The fall of NSW Premier Barry O’Farrell has rightly intensified calls to end the culture of murky relationships between corporate lobbyists and politicians. This toxic culture has involved big business and their interests having undue influence on political decisions, while the voices of the people of NSW are drowned out and ignored.
Communities across NSW are frustrated because their views and opinions are not being considered in decisions that affect them. Many people are feeling taken for granted, particularly those in safe Labor and Coalition electorates.
Both major parties’ overhauls and attempted overhauls of the NSW planning laws have watered down the provisions for public participation, while shifting more discretionary power to the minister.
For many government initiatives, so-called community “consultation” processes lack authenticity. They seem to have become tokenistic exercises that merely provide an opportunity for making submissions that may never be considered, or another public meeting to attend that doesn’t achieve much.
Often, they occur too late in the process and without much scope to actually affect the outcome. There is a real sense that the government now organises these sessions for the purpose of positive PR, with no real interest in people’s contributions.
This lack of “invited spaces” for meaningful public participation has driven communities to create their own “insisted spaces”. Thousands of people joining the blockade in Bentley and the ongoing protests in the Leard Forest, to highlight the damaging impacts of coal and coal seam gas mining on our land, water and biodiversity, demonstrate the inadequacy of current consultation processes.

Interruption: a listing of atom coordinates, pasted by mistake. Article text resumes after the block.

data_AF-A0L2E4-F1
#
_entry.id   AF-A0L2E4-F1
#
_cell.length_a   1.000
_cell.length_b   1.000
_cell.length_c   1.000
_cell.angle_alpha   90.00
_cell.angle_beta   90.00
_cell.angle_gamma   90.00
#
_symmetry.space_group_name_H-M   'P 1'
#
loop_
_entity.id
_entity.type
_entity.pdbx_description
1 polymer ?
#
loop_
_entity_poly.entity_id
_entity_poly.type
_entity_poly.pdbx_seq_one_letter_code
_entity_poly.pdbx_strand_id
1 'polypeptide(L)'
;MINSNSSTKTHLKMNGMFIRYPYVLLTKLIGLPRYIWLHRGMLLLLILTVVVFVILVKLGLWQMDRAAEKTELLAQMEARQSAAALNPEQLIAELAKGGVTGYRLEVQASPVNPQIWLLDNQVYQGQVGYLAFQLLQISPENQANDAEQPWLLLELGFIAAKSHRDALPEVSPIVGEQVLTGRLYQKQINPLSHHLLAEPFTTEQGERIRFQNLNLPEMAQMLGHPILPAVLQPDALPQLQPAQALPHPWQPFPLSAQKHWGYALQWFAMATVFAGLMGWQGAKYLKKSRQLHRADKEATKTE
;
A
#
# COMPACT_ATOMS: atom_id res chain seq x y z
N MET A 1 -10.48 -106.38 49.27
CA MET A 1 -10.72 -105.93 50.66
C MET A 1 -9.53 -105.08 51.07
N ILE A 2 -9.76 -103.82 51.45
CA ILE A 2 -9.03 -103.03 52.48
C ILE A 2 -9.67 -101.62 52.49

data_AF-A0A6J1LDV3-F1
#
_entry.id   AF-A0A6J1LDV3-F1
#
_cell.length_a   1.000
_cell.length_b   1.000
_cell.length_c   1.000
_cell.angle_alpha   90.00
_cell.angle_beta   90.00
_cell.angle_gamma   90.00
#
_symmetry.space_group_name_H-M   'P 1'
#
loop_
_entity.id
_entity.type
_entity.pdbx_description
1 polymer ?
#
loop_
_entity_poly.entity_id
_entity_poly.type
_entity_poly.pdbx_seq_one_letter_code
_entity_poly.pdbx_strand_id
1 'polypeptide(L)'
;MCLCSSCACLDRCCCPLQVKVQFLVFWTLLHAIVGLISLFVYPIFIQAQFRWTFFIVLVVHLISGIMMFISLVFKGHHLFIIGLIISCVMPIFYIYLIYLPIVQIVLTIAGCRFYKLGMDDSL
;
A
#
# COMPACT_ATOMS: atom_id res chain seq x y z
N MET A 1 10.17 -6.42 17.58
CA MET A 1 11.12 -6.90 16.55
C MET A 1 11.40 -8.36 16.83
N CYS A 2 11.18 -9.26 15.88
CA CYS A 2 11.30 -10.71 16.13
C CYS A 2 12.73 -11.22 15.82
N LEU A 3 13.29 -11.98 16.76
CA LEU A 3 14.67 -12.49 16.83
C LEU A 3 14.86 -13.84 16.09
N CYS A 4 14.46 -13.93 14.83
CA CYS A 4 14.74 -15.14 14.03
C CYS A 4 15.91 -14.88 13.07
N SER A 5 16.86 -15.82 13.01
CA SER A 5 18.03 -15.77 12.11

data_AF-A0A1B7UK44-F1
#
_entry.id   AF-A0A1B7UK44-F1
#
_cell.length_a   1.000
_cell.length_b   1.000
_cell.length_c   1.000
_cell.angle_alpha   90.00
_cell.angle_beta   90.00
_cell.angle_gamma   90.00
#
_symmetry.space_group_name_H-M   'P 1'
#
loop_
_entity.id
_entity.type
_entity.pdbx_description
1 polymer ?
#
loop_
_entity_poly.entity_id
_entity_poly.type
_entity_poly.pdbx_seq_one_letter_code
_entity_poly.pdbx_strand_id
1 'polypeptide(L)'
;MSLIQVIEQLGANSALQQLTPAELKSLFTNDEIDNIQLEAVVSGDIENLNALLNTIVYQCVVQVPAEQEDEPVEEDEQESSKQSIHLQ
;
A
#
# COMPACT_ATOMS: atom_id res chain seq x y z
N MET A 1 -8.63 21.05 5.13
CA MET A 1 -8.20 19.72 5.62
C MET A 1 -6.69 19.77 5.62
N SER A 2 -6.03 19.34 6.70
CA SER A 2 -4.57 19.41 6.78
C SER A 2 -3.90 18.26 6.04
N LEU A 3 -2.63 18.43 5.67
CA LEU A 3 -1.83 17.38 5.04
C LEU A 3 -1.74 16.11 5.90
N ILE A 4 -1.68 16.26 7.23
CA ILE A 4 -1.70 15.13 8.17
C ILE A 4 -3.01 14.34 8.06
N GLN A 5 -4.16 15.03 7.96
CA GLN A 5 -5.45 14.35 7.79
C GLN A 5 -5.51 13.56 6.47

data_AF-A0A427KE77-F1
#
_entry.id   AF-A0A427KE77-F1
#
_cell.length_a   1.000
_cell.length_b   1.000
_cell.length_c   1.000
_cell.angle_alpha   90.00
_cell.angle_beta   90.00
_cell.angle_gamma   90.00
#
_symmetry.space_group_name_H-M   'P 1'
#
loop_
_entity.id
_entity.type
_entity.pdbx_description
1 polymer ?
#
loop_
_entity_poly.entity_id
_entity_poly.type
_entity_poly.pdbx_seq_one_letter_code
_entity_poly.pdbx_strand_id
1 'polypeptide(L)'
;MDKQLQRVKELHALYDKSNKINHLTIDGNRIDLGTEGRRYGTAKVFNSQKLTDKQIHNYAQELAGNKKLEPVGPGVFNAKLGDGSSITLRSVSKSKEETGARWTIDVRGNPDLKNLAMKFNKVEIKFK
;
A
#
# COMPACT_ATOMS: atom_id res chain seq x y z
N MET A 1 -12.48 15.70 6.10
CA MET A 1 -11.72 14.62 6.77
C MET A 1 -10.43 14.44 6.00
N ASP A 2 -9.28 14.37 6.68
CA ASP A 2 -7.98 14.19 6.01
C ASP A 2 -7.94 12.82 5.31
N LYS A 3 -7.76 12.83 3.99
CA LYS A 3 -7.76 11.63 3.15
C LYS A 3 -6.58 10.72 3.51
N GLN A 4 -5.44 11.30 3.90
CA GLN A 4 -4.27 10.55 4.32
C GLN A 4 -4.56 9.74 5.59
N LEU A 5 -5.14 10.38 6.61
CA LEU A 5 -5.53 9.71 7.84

These events should ring alarm bells for the government. The refusal of decision-makers to share information explaining billions of dollars of infrastructure spending has inevitably eroded the public’s trust in government, so citizens have taken non-violent direct action. They feel entirely disenfranchised, and believe there is no other choice.
In particular, decisions on massive transport projects such as the WestConnex toll road, the private North West Rail Link metro shuttle, the unsolicited NorthConnex tunnel project, and the truncation of the Newcastle rail line, are all shrouded in secrecy.
It is not surprising that trust in politicians and the political process is diminishing, while public demands for openness and transparency are increasing. Regulated channels for obtaining government information can also often be inaccessible and frustrating.
Retrieving government documents through Freedom of Information is a costly, time-consuming, and confusing process. Many requests do not eventuate in the release of useful information due to lack of clarity over the appropriate language, procedure, and specificity. Even when useful information is released, it can be buried in mountains of documents requiring copious amounts of time to review.
The community’s right to know, to access information and to be involved in decision-making underpin and advance the democratic rights of citizens. In addition, effective and genuine public participation also enhances problem-solving by bringing together diverse perspectives and knowledges, engenders trust through shared responsibility, and fosters ownership of decisions through the involvement of affected and interested parties.
Unfortunately, this understanding of the true value of public participation is often marred by ideals of autocratic decision-making held by those in power. Barricading the revolving door between the major parties and the big end of town, tightening donations laws and increasing transparency and public scrutiny are clear ways to reduce the influence of vested interests. However, in order to fully restore trust in politics and our political system we must also reform governance processes to ensure ordinary citizens, not power brokers or the corporate elite, are at the centre of decision-making.
Empowering citizens and re-educating governments and administrators on the importance of public participation is not only desirable, but a necessity. Democratic legitimacy can only be achieved through active public participation in decision-making. Politicians and governments ignore this at their own peril.
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